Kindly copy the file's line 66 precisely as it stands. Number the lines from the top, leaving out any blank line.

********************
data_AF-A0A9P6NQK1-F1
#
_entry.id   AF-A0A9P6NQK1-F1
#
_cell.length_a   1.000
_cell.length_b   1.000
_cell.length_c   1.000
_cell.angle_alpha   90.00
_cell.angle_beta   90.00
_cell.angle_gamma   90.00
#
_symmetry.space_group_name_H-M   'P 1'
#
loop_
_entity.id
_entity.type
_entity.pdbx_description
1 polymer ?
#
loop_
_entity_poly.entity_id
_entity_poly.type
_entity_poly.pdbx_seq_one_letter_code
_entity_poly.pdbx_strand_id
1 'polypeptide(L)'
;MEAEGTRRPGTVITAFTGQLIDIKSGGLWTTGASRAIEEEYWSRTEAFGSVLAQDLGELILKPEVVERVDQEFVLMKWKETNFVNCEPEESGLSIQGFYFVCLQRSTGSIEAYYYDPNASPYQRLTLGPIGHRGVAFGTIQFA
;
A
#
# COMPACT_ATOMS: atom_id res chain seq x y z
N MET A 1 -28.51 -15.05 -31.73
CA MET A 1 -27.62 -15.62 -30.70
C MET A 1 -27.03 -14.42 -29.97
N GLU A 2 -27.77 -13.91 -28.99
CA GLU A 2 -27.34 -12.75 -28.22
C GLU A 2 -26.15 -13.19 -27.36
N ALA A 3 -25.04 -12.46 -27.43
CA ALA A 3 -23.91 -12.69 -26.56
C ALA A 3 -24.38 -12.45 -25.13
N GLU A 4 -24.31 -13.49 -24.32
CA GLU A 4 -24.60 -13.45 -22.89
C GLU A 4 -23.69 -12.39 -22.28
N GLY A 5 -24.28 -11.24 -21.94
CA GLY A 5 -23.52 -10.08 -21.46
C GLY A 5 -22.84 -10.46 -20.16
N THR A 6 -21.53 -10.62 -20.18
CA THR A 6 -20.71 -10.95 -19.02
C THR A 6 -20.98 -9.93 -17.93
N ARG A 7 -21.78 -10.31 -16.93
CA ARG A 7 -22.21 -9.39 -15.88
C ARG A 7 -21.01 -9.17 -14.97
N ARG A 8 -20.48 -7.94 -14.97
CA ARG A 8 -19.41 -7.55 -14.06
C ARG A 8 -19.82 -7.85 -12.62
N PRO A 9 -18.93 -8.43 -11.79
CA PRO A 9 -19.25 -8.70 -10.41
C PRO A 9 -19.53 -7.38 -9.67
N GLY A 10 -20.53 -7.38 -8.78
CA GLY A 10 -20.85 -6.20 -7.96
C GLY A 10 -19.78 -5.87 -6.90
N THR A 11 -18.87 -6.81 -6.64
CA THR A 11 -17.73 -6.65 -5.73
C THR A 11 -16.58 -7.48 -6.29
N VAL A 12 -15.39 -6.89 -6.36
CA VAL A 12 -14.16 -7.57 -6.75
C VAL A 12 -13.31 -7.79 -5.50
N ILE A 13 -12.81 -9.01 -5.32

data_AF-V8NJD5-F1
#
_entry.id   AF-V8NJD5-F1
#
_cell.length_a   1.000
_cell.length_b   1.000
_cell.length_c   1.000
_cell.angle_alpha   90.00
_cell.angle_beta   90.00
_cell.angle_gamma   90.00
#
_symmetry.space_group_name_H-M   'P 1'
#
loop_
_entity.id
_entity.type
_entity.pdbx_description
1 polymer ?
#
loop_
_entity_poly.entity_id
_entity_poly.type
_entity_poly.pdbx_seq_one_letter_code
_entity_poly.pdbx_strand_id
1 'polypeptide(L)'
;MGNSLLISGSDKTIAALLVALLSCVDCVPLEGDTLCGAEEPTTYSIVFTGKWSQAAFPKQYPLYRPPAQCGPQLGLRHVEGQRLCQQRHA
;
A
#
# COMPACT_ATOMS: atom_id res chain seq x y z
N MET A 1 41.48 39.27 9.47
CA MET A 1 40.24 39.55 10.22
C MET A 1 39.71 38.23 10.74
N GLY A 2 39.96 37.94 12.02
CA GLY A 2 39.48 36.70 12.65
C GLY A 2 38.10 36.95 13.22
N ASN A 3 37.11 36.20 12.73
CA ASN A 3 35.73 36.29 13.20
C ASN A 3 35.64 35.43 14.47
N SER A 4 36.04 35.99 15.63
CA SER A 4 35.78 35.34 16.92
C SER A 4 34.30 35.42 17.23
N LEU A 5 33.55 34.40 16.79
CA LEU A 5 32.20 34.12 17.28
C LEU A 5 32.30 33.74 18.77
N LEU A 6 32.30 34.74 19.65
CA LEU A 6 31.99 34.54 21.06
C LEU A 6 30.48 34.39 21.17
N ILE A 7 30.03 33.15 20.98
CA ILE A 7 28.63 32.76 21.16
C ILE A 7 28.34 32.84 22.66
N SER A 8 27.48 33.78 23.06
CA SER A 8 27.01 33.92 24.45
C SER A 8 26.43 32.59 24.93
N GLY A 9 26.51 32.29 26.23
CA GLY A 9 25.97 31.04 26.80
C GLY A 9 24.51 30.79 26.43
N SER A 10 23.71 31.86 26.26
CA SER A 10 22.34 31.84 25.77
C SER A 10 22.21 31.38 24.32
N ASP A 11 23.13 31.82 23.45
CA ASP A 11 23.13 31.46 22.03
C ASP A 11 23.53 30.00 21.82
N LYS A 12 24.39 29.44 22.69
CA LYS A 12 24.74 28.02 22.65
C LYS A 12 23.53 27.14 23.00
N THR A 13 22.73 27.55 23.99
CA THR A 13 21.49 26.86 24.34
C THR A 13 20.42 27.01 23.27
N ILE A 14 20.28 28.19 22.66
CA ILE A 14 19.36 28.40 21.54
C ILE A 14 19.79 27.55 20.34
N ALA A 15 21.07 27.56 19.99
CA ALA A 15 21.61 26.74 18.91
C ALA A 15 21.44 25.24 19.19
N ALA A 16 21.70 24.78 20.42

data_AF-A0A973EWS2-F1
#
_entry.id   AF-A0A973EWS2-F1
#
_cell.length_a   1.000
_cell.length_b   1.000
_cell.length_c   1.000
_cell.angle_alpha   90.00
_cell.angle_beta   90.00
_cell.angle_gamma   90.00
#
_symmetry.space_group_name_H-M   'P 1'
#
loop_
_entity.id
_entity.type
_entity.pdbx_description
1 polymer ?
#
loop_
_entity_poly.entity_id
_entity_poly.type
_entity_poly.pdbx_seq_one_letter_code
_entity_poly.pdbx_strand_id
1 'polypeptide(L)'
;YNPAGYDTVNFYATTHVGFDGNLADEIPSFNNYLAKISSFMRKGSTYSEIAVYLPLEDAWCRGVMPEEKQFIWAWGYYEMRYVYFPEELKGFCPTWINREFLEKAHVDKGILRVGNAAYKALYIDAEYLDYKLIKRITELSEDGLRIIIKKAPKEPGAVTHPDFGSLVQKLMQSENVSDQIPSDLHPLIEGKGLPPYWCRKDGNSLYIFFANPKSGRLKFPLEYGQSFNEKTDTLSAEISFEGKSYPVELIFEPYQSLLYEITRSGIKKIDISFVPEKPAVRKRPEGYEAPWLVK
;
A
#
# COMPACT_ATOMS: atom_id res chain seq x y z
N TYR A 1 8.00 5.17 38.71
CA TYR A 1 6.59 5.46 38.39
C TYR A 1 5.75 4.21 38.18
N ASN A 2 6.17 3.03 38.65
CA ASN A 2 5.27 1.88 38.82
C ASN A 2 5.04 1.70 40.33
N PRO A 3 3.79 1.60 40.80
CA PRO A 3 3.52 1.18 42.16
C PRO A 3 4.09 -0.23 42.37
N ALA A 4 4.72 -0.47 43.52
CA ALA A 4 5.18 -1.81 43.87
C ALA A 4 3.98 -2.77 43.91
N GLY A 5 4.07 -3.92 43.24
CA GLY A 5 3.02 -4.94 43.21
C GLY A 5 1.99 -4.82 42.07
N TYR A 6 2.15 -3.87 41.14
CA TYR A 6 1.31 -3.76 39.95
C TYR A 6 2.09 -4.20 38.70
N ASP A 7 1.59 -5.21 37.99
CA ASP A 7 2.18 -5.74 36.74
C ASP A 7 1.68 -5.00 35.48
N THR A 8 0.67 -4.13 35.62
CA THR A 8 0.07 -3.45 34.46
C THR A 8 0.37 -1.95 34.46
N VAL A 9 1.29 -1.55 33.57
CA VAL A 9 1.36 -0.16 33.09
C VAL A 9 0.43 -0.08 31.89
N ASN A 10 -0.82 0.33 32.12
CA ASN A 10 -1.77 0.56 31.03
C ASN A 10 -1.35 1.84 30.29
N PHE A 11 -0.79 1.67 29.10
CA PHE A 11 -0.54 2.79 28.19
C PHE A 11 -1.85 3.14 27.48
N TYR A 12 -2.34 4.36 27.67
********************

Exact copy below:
C VAL A 12 -13.31 -7.79 -5.50